In a long-awaited ruling, the Supreme Court held that the Wartime Suspension Limitations Act (WSLA) does not toll the statute of limitations in civil FCA actions, as the WSLA applies only to criminal actions. After lying dormant for more than 40 years, the WSLA had threatened to upend the FCA's limitations period and expose defendants to open-ended and extensive liability for otherwise stale FCA claims.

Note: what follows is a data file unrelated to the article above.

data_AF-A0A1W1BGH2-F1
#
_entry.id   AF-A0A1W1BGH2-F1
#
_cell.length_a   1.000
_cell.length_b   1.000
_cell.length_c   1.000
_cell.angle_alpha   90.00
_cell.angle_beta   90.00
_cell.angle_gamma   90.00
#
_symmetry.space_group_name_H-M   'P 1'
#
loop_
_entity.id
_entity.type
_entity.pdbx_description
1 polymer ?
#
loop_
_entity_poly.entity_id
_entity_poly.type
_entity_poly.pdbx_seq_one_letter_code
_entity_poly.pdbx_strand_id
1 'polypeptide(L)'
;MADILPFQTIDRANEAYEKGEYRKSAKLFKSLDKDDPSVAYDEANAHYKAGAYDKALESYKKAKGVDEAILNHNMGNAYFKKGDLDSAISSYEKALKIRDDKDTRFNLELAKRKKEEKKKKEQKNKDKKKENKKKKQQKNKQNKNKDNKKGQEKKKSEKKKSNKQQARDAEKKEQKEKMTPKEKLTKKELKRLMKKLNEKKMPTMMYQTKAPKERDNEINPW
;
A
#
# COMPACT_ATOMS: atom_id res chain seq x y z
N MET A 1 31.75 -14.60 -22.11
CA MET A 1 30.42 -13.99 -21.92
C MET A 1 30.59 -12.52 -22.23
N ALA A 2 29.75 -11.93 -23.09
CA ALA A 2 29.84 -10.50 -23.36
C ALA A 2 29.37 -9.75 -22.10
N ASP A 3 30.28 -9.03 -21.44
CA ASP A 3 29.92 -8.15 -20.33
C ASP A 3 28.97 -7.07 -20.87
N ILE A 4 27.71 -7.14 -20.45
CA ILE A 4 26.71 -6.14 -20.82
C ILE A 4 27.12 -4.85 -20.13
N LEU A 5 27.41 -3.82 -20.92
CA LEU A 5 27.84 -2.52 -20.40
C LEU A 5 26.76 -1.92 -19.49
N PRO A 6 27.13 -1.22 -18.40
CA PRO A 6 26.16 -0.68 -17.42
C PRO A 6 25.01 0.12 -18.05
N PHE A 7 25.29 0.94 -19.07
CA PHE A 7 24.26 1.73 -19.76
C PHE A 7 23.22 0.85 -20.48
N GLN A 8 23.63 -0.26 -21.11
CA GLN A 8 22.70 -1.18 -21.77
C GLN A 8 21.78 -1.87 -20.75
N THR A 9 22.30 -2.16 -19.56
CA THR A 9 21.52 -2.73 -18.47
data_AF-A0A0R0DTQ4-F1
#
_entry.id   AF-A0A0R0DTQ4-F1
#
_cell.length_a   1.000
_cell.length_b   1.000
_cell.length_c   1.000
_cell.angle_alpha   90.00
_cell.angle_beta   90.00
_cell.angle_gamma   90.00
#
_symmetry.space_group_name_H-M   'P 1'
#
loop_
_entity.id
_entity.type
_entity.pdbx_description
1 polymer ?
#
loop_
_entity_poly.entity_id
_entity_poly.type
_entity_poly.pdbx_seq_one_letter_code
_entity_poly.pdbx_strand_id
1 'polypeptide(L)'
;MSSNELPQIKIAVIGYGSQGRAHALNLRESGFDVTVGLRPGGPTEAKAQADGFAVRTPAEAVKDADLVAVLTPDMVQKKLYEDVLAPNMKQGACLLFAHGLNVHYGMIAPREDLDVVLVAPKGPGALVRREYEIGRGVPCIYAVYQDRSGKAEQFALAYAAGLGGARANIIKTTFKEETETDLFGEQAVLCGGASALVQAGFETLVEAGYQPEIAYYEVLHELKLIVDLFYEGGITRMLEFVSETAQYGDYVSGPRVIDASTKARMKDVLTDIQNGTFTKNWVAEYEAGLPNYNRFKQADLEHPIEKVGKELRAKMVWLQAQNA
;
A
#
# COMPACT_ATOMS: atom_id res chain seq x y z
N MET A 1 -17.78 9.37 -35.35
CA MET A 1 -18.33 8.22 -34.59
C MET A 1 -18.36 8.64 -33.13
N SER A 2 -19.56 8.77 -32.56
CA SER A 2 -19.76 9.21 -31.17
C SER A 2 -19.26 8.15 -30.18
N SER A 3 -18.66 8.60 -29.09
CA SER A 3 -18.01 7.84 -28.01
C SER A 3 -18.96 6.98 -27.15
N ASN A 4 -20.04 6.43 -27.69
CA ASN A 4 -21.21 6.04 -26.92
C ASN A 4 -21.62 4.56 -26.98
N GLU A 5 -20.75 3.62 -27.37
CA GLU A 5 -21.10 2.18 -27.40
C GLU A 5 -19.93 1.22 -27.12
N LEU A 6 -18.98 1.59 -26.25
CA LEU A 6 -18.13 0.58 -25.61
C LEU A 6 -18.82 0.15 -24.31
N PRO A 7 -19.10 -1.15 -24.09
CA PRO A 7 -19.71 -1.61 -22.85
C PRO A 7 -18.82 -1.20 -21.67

Amended in 2008, the WSLA provides that the statute of limitations applicable to any offense involving fraud against the United States during a time of war or when Congress has enacted a specific authorization for the use of military force is suspended until five years after the termination of hostilities. In a number of recent cases, relators had begun relying on the WSLA as a means to avoid dismissal of claims brought outside of the FCA's limitations period.
To continue reading the content in this article on the firm's Inside the FCA blog, please click here to view the post.
Bass, Berry & Sims' Inside the FCA blog features news, commentary and thought leadership covering FCA, healthcare fraud and procurement fraud.